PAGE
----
Most oolongs come from China or Taiwan (often referred to by its old Dutch name, Formosa). Oolongs are generally fragrant and full bodied and are widely drunk for their digestive benefits. Due to their smooth, complex flavours, oolong teas are often favoured by connoisseurs.
After the leaves are plucked, they are withered on bamboo trays. This allows the cells to weaken so moisture passes easily out of the leaf during the frying and drying stages. Without this step, moisture would stay in the leaves and the liquor would taste bitter.
The leaves are then quickly steamed or pan-fried to prevent any chance of oxidation by killing enzymes in the leaf. This process preserves many of the natural properties of the leaves, making green tea renowned as a healthy and enjoyable drink.
Next, the leaves are rolled to expose the moisture held deep within the leaves and then dried over heat (preferably charcoal). At the end of this process there should not be more than 4% moisture in the leaf.
Green tea is produced mainly in China and Japan (although we have discovered an exquisite green tea from Sri Lanka on our travels). Green teas typically infuse to a pale yellow-green liquor with a fresh, light taste.
White teas are the most rare and delicate of teas and undergo the least processing. New buds are picked from the tea bush in early spring when the young buds are still covered in silvery downy hairs.
They are picked before they contain chlorophyll so they don’t have the vegetal character associated with green tea. The buds are then withered to allow moisture to evaporate before they are dried (in the sun if possible).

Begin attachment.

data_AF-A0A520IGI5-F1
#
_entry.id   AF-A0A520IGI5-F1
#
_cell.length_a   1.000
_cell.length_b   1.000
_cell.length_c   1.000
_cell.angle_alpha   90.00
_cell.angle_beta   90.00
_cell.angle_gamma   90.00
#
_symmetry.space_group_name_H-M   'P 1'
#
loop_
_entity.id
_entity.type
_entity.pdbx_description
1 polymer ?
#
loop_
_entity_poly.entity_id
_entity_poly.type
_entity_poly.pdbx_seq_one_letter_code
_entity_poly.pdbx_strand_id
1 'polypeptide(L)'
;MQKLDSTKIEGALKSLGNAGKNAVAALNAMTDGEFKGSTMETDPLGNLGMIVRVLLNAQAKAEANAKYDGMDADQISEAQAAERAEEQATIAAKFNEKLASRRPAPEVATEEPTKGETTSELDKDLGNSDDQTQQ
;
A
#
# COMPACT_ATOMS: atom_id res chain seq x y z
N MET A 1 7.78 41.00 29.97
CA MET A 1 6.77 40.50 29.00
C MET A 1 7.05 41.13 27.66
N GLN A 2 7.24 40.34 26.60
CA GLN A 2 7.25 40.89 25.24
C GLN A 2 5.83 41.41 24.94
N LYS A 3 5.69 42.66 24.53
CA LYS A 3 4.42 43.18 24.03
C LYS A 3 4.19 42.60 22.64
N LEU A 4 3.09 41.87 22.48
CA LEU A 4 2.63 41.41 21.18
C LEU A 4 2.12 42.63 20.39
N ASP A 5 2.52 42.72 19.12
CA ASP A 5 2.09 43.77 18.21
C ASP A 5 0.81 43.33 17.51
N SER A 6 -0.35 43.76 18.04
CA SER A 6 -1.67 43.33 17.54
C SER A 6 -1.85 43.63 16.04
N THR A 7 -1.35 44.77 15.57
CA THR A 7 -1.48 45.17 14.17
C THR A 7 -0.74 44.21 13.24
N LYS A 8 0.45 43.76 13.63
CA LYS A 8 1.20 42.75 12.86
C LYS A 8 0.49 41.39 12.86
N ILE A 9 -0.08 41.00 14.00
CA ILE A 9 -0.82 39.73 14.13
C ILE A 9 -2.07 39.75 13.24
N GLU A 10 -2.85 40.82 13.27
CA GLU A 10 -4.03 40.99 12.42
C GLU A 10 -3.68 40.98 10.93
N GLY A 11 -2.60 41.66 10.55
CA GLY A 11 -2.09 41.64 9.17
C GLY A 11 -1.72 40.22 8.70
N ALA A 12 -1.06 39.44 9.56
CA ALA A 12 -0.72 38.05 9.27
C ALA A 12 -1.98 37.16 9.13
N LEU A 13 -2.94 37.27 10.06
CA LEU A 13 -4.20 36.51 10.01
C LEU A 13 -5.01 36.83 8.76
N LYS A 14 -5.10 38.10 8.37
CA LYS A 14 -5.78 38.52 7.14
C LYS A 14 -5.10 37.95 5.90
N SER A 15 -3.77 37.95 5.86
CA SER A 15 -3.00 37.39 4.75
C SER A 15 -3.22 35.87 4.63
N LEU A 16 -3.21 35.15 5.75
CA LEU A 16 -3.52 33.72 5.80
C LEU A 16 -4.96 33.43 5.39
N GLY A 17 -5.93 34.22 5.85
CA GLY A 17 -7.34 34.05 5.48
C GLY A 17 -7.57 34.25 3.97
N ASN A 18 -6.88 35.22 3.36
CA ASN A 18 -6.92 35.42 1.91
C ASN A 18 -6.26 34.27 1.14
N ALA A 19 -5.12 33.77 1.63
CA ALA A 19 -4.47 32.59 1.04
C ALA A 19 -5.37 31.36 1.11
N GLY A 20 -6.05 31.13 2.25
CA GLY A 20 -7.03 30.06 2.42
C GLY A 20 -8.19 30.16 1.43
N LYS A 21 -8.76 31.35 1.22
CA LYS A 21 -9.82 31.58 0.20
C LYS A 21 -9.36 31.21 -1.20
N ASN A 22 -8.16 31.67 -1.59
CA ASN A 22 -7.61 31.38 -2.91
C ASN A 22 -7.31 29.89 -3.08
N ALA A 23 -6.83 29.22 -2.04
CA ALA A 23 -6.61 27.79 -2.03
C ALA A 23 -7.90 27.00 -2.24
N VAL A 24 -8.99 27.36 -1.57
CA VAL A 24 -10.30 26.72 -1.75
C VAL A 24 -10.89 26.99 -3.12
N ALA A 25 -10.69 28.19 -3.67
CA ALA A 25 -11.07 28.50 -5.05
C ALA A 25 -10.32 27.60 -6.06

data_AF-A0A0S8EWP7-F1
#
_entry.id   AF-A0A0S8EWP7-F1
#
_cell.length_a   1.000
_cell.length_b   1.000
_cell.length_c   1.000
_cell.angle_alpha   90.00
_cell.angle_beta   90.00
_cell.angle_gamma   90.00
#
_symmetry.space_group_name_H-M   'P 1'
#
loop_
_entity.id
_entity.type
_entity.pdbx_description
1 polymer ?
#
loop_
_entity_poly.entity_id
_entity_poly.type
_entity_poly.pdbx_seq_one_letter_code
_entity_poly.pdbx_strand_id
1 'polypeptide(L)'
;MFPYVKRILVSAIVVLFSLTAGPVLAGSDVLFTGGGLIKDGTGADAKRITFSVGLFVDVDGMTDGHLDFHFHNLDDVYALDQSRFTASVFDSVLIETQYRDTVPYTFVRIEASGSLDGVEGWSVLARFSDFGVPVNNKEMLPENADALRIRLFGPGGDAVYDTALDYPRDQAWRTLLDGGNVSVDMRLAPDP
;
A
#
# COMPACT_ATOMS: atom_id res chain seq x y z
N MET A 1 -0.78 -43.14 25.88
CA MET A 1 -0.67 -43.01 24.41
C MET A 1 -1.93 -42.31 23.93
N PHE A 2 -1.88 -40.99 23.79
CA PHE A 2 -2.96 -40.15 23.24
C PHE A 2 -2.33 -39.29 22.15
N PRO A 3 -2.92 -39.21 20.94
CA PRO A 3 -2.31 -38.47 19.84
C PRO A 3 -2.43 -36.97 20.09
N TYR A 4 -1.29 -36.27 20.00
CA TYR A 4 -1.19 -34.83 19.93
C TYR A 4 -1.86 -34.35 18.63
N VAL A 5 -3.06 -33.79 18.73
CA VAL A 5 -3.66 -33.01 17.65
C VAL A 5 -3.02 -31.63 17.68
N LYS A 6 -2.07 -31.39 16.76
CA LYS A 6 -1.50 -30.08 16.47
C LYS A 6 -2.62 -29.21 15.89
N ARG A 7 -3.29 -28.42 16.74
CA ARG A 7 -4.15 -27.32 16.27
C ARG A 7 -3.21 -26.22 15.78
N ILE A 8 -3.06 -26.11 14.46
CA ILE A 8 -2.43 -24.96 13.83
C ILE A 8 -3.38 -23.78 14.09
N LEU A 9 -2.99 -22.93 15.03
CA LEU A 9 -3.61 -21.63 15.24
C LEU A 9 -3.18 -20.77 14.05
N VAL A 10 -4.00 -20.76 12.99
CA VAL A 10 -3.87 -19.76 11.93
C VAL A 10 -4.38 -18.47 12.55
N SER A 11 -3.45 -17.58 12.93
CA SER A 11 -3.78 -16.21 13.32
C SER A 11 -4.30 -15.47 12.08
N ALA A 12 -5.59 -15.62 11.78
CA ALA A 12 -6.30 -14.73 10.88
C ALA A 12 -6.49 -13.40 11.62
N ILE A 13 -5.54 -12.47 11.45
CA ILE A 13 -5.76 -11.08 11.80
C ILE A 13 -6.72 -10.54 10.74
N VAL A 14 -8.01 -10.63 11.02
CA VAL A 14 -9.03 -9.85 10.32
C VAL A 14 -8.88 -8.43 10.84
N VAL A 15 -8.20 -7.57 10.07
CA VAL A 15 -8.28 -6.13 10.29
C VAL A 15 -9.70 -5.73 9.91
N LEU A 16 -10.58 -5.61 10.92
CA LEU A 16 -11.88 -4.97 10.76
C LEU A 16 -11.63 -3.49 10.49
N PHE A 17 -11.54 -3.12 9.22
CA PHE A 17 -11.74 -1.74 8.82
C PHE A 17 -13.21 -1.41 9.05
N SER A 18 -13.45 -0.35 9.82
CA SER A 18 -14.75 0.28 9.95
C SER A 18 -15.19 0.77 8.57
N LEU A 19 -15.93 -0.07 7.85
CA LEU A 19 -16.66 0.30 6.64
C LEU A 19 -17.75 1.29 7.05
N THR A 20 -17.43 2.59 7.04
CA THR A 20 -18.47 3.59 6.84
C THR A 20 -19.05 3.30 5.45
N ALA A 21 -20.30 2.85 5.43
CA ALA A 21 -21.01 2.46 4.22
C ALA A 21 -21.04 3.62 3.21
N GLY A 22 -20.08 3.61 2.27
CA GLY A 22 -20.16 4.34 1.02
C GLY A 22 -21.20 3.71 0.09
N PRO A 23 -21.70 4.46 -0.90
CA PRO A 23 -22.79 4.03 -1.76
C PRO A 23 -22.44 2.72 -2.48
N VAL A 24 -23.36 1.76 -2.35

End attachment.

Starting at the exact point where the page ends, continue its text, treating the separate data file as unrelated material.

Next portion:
The silvery appearance of the buds results in a pale, straw-coloured liquor with a subtle natural sweetness and an abundance
of natural properties.
Rooibos, is a naturally uncaffinated herb from the North Western Cape of South Africa. The health benefits of rooibos rival those of ‘real’ teas, due to the high antioxidant content.
The green, needle-like leaves of the plant are cut and left to dry in the sun, turning a beautiful mahogany red.
HERB AND FRUIT INFUSIONS
The master of disguise, herbal tea, is not actually a tea at all – sneaky. They tend to relax, invigorate and aid healing – nature’s very own medicine cabinet. Made from a mixture of herbs, flowers and dried fruits, we’re not going to lie in that many have the appearance of potpourri. However, there’s nothing Nana’s bathroom about our range! By selecting only the finest infusions our herb and fruit teas are packed full of flavour, not quite giving you one of your five a day but definitely giving you a helping hand.
Our flowering teas are expertly hand-sewn by skilled artisans and blossom beautifully when steeped in hot water. We like to think of them as a performance in a pot, although we might need to get out more.
This is definitely the Lady GaGa of our teas, but it’s not all fur coat and no knickers. These incredibly beautiful and delicate teas have a fantastic subtle taste and are great as a bit of a treat.